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Getting schooled in video

Nearly a dozen South Medford High School gamers congregated earlier this month in one of the school’s labs during their eighth period to play-test a video game created by their peers.

The students, as characters Penelope, the foil, or Connor, the protagonist, navigated a digital maze encountering “slinky wolves,” crabs, bats and other villains along the way. A few got lost in the maze, but most made it to the fifth and final scene.

“I’m a pretty big gamer when I’m not playing sports,” said South sophomore Carlene Platts, who made it to level four before being defeated by a mini minotaur, a mythological, bull-headed creature. “I’m excited for the full version, and I’ll probably buy it — or ask my dad to buy it because I’m a high school student and have no money.”

The demo and forthcoming video game, "Legacy," isn't a student's senior project but the creative enterprise of Undiscovered Game Studios, a group of tech-savvy, artistic teens from South Medford and Ashland high schools and St. Mary’s School. There’s also one teenager, Simon Price, from Wales who composes the audio for the game.

UGS was formed in late 2013 after South junior Patrick Conner got together with several students with unique skill sets, including artists, designers and techies like himself, and persuaded them to collaborate on “something cool.”

The group meets for several hours every Saturday in an empty apartment, owned by Conner’s mom, to work on the video game, which is scheduled for release in February 2016. Members also have created a comprehensive website and several podcasts with updates on the gaming industry, studio projects — namely "Legacy" — and other topics.

South sophomore Alexandria Kruger, the group’s project manager and “jack-of-all-trades,” has contacted several companies to see whether they want to advertise on the podcasts.

“But so far, I haven’t got any yeses,” Kruger said.

The group also launched an unsuccessful Kickstarter campaign to raise money for a studio space.

Nonetheless, the students are hardly disheartened, and the group continues to grow.

Carson Bennett, a freshman at South, said he joined the group in December after seeing a poster at school. He'll be working with freshman Jacob Beke on level design.

“I’d always enjoyed games and wanted to make one but couldn't do it on my own,” Bennett said.

Conner, the lead programmer on the project, said he’s invested nearly 260 hours in the video game. Before he started the group, he ran a YouTube channel and worked for Rogue Hack Lab.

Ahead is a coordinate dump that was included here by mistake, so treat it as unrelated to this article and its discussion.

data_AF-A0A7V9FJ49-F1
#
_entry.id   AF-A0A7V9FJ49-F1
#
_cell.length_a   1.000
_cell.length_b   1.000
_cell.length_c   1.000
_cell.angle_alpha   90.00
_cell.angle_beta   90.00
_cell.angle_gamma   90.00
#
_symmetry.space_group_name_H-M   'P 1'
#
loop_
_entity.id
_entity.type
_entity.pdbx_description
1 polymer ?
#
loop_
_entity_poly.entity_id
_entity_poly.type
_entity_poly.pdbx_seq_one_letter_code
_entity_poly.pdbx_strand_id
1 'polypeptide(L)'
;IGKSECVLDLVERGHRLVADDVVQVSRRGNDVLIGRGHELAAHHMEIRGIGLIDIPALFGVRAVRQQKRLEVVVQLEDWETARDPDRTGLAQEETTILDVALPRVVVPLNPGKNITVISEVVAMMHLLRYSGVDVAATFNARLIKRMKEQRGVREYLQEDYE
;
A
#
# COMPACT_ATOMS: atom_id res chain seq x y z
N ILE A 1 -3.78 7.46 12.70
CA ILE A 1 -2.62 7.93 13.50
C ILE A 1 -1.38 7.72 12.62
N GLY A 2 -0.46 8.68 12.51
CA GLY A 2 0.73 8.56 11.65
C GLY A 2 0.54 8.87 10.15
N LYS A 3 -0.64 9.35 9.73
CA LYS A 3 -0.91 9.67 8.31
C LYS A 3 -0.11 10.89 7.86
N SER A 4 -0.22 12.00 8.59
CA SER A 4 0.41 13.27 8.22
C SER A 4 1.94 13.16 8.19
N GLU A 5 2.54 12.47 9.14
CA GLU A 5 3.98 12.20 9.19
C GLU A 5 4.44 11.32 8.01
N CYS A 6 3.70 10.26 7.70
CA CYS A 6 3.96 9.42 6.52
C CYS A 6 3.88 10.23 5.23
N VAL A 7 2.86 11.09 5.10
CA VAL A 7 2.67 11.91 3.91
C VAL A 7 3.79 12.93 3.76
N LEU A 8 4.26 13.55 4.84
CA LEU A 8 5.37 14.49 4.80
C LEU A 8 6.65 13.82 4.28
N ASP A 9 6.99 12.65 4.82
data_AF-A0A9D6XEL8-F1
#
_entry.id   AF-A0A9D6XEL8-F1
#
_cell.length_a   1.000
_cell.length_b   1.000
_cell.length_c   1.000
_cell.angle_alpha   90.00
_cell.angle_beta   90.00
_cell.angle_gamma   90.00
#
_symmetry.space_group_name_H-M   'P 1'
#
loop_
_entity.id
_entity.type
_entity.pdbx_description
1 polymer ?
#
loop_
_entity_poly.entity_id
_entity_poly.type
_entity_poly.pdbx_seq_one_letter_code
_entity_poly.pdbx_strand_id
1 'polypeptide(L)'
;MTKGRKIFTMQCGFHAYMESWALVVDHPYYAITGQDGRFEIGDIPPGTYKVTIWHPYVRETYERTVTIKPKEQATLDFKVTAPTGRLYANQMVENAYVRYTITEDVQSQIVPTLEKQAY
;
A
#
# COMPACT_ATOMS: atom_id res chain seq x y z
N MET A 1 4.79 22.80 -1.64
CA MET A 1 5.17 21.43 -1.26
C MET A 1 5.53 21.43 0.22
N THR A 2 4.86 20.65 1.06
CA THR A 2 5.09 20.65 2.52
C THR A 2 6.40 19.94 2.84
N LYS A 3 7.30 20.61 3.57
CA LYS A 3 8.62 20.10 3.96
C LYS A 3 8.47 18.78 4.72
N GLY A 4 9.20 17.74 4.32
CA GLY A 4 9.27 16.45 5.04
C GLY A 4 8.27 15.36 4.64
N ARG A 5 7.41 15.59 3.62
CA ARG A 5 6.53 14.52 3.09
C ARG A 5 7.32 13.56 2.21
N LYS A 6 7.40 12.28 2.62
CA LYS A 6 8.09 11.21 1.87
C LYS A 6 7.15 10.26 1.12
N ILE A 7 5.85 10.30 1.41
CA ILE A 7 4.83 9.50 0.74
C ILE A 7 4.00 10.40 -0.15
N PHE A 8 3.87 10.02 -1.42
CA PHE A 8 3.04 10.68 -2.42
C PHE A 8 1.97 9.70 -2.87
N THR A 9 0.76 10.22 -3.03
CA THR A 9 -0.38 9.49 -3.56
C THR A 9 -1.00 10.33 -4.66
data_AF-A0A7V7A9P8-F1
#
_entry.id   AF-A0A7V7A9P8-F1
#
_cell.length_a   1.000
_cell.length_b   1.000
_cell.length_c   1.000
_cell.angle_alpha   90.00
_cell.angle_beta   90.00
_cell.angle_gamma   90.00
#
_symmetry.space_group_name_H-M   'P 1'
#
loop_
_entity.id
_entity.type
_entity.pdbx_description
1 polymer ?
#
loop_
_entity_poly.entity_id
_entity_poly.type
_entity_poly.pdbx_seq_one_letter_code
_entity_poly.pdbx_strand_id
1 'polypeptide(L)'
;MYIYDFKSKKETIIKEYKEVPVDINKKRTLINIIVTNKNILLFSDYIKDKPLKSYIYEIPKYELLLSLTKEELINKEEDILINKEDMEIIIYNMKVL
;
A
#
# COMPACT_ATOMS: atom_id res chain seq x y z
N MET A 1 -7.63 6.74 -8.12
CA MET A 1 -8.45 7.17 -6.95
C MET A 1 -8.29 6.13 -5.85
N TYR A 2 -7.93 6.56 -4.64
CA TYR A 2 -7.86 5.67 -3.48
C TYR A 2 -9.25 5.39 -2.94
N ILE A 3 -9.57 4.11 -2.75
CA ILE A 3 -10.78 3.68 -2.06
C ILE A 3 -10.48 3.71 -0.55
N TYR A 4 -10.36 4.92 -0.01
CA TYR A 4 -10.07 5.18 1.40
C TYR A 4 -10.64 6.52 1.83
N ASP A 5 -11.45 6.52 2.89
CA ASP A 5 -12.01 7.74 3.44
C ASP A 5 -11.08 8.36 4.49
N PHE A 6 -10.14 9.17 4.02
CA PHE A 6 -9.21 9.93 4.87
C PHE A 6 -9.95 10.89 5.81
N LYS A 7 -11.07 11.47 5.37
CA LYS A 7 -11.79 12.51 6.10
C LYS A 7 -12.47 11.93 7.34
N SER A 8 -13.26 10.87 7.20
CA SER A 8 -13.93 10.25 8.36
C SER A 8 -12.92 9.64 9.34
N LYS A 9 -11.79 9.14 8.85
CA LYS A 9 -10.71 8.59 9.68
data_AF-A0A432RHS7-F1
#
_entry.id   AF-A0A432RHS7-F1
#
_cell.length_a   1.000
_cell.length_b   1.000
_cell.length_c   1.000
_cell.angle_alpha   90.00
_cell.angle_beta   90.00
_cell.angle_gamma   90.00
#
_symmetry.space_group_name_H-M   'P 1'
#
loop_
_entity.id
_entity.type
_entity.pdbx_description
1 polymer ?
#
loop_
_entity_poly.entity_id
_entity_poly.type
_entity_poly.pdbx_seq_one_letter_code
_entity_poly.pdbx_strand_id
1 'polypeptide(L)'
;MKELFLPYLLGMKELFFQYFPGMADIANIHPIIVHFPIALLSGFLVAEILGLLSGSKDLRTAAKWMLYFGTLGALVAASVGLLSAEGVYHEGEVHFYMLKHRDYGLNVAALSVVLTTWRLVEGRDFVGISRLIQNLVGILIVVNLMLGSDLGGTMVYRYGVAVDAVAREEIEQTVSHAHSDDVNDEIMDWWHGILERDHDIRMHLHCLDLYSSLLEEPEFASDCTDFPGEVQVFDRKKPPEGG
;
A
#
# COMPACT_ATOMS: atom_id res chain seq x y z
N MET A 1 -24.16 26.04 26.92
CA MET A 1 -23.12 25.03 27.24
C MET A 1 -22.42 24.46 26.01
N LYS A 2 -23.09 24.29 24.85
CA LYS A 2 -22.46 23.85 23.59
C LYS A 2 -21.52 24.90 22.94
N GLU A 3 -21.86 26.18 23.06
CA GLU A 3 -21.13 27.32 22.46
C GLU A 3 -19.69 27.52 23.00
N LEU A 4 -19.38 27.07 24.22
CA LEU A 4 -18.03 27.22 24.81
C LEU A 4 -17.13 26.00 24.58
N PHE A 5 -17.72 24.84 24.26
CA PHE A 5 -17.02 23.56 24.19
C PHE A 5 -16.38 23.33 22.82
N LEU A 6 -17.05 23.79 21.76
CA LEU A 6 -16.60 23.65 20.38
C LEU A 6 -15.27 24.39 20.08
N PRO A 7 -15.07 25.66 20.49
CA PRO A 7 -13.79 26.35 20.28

“I worked with them teaching classes and building electrical components,” he said. “We once built music amplifiers with Altoid tins.

“I like the process of starting with basically nothing and ending up with this cool thing that you can sit and stare at and be like, ‘Did I make this?’ ” he added.

Conner hopes that the UGS and "Legacy" will be the start of a larger tech industry in Medford.

The demo, he explained, is rudimentary but features player interactions and basic story art while the end product will be reminiscent of Nintendo’s “The Legend of Zelda” with a fantasy storyline and “simply, complex game play.”

Kruger, Conner and others in the group have pitched their demo to their friends and classmates and held three test play sessions at South Medford to get feedback.

“I just walk around campus and ask students if they like to play video games and if they’d be willing to play-test our demo,” Kruger said.

More than 15 students showed up to the first two sessions and nearly a dozen to the third. When they’re done, Kruger asks them to fill out a survey rating their overall experience on a scale of zero ("Horrible waste of time”) to five (“Perfect! Look forward to more”).

Platts recommended that there be a shorter delay between the attacks, and another student, James McAdams, suggested that the group “put more into the characters and design.”

“At first, I thought it would suck and drag on, but then it got interesting as it went along,” said McAdams, who, like Platts, was defeated by the minotaur.

Another student shouted, “Yea, I made it!” as the red, victory curtain came across his screen.

Reach education reporter Teresa Thomas at 541-776-4497 or tthomas@mailtribune.com. Follow her at www.twitter.com/teresathomas_mt.

Jacob Beke 14, front, Veronica Nava, 14, Lauren Dega, 14, and Alexandria Kruger, 15, are among the students developing a video game at Undiscovered Game Studios in Medford. Mail Tribune / Jamie Lusch